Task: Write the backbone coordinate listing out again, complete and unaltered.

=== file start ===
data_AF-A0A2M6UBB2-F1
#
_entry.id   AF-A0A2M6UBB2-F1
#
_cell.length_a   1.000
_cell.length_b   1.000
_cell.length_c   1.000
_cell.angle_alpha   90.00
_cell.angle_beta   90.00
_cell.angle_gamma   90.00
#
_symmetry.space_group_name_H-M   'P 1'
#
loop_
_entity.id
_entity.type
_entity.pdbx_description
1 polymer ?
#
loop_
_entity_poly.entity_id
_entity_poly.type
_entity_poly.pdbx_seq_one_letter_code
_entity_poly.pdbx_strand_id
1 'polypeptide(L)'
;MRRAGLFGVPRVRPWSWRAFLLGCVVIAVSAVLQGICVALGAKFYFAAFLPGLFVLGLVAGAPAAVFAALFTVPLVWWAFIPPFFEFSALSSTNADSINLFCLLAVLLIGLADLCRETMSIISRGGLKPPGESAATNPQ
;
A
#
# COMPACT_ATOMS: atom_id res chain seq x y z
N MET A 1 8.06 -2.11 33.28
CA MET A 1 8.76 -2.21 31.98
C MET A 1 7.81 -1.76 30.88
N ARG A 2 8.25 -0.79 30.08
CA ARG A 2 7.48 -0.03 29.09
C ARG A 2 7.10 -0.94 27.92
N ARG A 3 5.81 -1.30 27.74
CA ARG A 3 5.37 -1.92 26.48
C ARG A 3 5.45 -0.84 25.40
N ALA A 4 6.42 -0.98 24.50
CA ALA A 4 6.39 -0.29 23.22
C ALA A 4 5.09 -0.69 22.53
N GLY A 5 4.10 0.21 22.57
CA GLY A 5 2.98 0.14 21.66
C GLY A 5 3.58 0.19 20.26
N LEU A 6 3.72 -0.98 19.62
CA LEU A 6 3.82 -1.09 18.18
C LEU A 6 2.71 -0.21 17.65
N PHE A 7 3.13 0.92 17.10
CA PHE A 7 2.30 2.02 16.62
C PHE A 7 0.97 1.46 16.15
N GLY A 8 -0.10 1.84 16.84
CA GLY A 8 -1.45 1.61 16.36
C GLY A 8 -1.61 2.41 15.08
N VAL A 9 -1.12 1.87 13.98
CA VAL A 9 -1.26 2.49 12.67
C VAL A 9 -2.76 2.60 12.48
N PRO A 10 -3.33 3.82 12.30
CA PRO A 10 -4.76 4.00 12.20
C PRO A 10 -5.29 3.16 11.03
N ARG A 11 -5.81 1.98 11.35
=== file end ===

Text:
data_AF-A0A2M6UBB2-F1
#
_entry.id   AF-A0A2M6UBB2-F1
#
_cell.length_a   1.000
_cell.length_b   1.000
_cell.length_c   1.000
_cell.angle_alpha   90.00
_cell.angle_beta   90.00
_cell.angle_gamma   90.00
#
_symmetry.space_group_name_H-M   'P 1'
#
loop_
_entity.id
_entity.type
_entity.pdbx_description
1 polymer ?
#
loop_
_entity_poly.entity_id
_entity_poly.type
_entity_poly.pdbx_seq_one_letter_code
_entity_poly.pdbx_strand_id
1 'polypeptide(L)'
;MRRAGLFGVPRVRPWSWRAFLLGCVVIAVSAVLQGICVALGAKFYFAAFLPGLFVLGLVAGAPAAVFAALFTVPLVWWAFIPPFFEFSALSSTNADSINLFCLLAVLLIGLADLCRETMSIISRGGLKPPGESAATNPQ
;
A
#
# COMPACT_ATOMS: atom_id res chain seq x y z
N MET A 1 8.06 -2.11 33.28
CA MET A 1 8.76 -2.21 31.98
C MET A 1 7.81 -1.76 30.88
N ARG A 2 8.25 -0.79 30.08
CA ARG A 2 7.48 -0.03 29.09
C ARG A 2 7.10 -0.94 27.92
N ARG A 3 5.81 -1.30 27.74
CA ARG A 3 5.37 -1.92 26.48
C ARG A 3 5.45 -0.84 25.40
N ALA A 4 6.42 -0.98 24.50
CA ALA A 4 6.39 -0.29 23.22
C ALA A 4 5.09 -0.69 22.53
N GLY A 5 4.10 0.21 22.57
CA GLY A 5 2.98 0.14 21.66
C GLY A 5 3.58 0.19 20.26
N LEU A 6 3.72 -0.98 19.62
CA LEU A 6 3.82 -1.09 18.18
C LEU A 6 2.71 -0.21 17.65
N PHE A 7 3.13 0.92 17.10
CA PHE A 7 2.30 2.02 16.62
C PHE A 7 0.97 1.46 16.15
N GLY A 8 -0.10 1.84 16.84
CA GLY A 8 -1.45 1.61 16.36
C GLY A 8 -1.61 2.41 15.08
N VAL A 9 -1.12 1.87 13.98
CA VAL A 9 -1.26 2.49 12.67
C VAL A 9 -2.76 2.60 12.48
N PRO A 10 -3.33 3.82 12.30
CA PRO A 10 -4.76 4.00 12.20
C PRO A 10 -5.29 3.16 11.03
N ARG A 11 -5.81 1.98 11.35